I bought a loaf of bread in a supermarket the other day and the cashier actually did ask me if I wanted a plastic carrier bag, which I declined. She said OK then went ahead and wrapped it in a small clear plastic bag. The loaf was already in a plastic wrapper ffs!

2 ( +2 / -0 )

@Educator60

I’ve been using my own reusable cloth bags for shopping for about a half-century

Can I ask how you collect and dispose of your household trash? Do you go out and buy plastic bags?

1 ( +3 / -2 )

M3M3M3Oct. 15  10:40 am JST

@Educator60

I’ve been using my own reusable cloth bags for shopping for about a half-century

Can I ask how you collect and dispose of your household trash? Do you go out and buy plastic bags?

—-

Before I had a chance to see your question Cleo described a similar situation, but yes, we do have to buy large plastic trash bags or bin liners (through the neighborhood associations or at any supermarket, home center or convenience store). This is because our city requires burnable trash to be put out in transparent bags of a soecific color. That allows rough confirmation at a glance that the type of trash is correct for that collection day and is also an important safety measure for the workers. However they are thinner than the typical supermarket bag so I would estimate that less plastic is being used than for an equivalent amount of trash put out in multiple supermarket bags. (They are also easier to store being of uniform shape and size and sold folded flat.)

Clear non-colored transparent bags are required by the city for other items such as small non-burnable items. Ditto PET bottles, cans, glass jars and bottles from food, and paper packaging collected for recycling. Depending on the quantity, we use either large purchased bags or the odd non-translucent supermarket bag that ended up in our home. Or for the paper packing, sometimes a large department store paper tote bag. Other items for recycling (cardboard, milk cartons, newspapers, magazines/catalogs/misc non-packaging paper) can be bundled with non-plastic string and don’t require a bag.

This city currently doesn’t recycle any plastic other that the PET bottles. Items over a certain size that can’t be broken up go out on large trash day. All other regardless of type, be it styrofoam cushioning, a hard plastic bucket, the soft plastic wrapping from a package of toilet paper, or a supermarket bag, go into burnable.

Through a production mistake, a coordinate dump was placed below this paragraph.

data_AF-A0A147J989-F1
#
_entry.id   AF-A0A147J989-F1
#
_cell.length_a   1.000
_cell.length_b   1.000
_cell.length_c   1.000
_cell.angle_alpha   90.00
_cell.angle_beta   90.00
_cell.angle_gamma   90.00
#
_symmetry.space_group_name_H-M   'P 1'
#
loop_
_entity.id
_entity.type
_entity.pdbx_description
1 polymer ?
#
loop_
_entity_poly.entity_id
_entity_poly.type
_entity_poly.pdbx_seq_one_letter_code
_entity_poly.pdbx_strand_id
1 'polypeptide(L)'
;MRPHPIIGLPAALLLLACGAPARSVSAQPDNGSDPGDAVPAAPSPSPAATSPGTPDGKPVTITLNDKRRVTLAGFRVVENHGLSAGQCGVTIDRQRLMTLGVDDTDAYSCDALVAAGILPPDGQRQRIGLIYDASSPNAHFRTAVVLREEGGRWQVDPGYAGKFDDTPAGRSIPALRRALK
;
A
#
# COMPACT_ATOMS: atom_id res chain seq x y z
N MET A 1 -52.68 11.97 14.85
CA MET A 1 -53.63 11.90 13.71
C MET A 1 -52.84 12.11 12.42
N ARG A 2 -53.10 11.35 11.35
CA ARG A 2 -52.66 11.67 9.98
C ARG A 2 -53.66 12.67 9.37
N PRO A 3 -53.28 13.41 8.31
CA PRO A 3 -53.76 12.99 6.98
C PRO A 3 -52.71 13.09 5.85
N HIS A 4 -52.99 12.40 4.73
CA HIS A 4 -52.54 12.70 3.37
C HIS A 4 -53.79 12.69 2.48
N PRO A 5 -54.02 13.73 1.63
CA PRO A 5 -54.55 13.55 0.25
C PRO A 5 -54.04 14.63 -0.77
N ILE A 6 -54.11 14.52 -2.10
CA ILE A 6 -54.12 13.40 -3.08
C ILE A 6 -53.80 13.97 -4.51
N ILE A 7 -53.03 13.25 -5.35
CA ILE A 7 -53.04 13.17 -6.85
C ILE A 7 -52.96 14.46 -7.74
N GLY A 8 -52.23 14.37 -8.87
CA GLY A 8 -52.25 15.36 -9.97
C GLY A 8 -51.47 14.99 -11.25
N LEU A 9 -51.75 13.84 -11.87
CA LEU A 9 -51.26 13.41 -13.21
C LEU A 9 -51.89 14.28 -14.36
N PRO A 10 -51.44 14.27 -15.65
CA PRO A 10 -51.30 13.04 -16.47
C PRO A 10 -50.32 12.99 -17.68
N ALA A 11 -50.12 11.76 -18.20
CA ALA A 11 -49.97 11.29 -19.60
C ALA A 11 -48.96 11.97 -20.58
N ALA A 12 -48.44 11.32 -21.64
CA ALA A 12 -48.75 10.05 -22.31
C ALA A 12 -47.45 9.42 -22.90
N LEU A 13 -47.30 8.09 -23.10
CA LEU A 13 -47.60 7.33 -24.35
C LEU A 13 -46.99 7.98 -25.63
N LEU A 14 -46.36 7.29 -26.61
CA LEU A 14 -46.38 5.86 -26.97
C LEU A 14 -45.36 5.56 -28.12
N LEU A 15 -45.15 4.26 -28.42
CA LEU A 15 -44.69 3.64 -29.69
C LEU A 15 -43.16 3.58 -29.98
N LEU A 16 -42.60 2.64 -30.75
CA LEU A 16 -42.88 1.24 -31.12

1 ( +1 / -0 )

And to add to charging a fee for plastic bags, Japan needs to cut down on their excessive packaging. Good Lord, the amount of plastic waste I take out for recycling is outrageous

1 ( +1 / -0 )

I take a reusable bag, or use a cardboard box. We drive to the supermarket though, and at 0.48MJ of energy per plastic bag, that is negligible compared to the energy used in the car. 10km driven in a car, typically one liter of gasoline is 34MJ, about 70 plastic bags. A 10% more efficient car will save seven plastic bags per trip. A hybrid will save thirty odd plastic bags worth of energy/pollution. My observation of society is that it is acceptable to judge someone on taking a plastic bag but not on their choice of car. Or how often they fly. Or whether they have the 400g steak, not the 300g one.

Its is also interesting to see the number of uses some reusable bags require to become more eco that single use. With cotton, it is over 100 times.

http://theconversation.com/heres-how-many-times-you-actually-need-to-reuse-your-shopping-bags-101097

Eco is good of course, actually essential I believe. We should focus on the big issues though, cars, houses, diet, air travel. Plastic bags are less important.

1 ( +1 / -0 )

@M3M3M3

You ever take a look at that "burnable" rubbish pile? There is almost more plastic than there is "burnable" stuff

1 ( +1 / -0 )

@Luddite

If they want to give out bags use paper ones

Can you point to a single study showing that paper bags are more environmentally friendly than plastic? Because there dozens that conclude the opposite. Why do you suppose paper bags have slowly disappeared over the years in countries with strict environmental regulations?